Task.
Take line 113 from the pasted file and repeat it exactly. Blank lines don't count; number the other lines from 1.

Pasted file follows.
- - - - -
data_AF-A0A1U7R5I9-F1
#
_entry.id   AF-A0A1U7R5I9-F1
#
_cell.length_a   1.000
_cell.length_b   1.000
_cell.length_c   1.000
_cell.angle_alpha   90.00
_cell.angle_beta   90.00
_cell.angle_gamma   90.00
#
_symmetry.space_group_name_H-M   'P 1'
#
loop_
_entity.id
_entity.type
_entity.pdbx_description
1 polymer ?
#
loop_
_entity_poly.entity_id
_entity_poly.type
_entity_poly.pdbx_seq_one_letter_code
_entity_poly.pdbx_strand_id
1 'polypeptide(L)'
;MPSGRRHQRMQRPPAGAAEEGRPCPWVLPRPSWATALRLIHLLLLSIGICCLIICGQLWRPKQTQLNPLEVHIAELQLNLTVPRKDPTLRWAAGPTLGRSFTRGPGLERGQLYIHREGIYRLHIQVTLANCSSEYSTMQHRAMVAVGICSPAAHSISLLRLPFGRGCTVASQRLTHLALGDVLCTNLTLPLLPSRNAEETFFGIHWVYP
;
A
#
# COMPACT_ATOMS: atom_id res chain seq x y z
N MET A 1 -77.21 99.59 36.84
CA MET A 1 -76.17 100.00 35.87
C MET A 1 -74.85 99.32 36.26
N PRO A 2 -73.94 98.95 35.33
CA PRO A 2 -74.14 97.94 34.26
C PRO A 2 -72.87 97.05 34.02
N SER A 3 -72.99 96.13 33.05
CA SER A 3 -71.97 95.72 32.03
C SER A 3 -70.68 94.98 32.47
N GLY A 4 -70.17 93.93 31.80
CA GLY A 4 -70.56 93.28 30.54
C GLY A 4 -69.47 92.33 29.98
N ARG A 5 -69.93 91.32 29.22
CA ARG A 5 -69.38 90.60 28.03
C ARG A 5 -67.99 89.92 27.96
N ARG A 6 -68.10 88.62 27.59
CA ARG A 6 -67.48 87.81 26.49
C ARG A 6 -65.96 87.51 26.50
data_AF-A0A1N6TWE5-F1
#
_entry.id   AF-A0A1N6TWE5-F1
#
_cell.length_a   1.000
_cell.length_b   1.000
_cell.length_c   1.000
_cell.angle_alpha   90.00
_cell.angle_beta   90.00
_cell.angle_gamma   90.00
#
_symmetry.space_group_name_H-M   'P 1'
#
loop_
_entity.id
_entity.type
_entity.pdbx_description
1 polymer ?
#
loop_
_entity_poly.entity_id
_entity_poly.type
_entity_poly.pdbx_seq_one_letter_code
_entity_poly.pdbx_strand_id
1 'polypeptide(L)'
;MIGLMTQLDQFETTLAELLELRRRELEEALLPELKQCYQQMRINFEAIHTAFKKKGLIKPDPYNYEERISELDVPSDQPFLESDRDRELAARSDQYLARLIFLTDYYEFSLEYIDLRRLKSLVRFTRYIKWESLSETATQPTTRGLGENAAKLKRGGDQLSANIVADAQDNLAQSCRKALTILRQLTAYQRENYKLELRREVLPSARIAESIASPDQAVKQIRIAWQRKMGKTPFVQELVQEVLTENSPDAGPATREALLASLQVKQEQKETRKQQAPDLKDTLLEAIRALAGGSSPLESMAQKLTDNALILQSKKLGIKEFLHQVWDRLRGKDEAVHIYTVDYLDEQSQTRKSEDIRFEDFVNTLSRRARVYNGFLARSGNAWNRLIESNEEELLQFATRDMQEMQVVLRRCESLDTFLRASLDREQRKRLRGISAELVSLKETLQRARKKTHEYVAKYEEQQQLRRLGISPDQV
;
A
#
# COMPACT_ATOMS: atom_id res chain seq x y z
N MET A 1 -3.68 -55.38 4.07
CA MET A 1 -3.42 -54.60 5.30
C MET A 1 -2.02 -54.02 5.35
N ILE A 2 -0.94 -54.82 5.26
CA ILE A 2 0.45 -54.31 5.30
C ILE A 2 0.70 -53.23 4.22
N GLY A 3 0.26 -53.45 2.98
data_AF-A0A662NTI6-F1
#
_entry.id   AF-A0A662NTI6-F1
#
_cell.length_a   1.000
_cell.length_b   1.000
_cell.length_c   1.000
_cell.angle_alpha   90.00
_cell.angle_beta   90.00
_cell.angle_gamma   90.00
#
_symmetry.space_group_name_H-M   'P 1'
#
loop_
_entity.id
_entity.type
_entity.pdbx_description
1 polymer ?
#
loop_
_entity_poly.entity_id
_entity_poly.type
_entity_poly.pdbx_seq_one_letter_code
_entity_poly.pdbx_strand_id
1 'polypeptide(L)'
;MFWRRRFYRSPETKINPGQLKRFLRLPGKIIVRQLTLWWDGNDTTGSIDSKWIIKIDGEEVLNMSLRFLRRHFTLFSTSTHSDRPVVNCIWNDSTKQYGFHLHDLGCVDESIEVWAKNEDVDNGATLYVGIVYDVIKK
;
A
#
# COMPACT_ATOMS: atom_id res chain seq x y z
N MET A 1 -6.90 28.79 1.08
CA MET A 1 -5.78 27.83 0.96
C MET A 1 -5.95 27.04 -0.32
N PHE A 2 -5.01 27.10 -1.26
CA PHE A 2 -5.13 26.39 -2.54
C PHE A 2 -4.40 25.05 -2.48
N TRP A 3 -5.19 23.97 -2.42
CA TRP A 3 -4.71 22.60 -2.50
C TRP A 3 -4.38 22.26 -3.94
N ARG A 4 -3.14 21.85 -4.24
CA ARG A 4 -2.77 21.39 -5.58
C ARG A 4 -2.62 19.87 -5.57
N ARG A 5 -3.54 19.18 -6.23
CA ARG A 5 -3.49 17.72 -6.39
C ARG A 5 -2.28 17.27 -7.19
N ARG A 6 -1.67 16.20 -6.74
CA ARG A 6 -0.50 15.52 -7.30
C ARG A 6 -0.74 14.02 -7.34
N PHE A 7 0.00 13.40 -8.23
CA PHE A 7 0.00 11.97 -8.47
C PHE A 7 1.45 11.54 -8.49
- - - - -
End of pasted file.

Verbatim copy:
A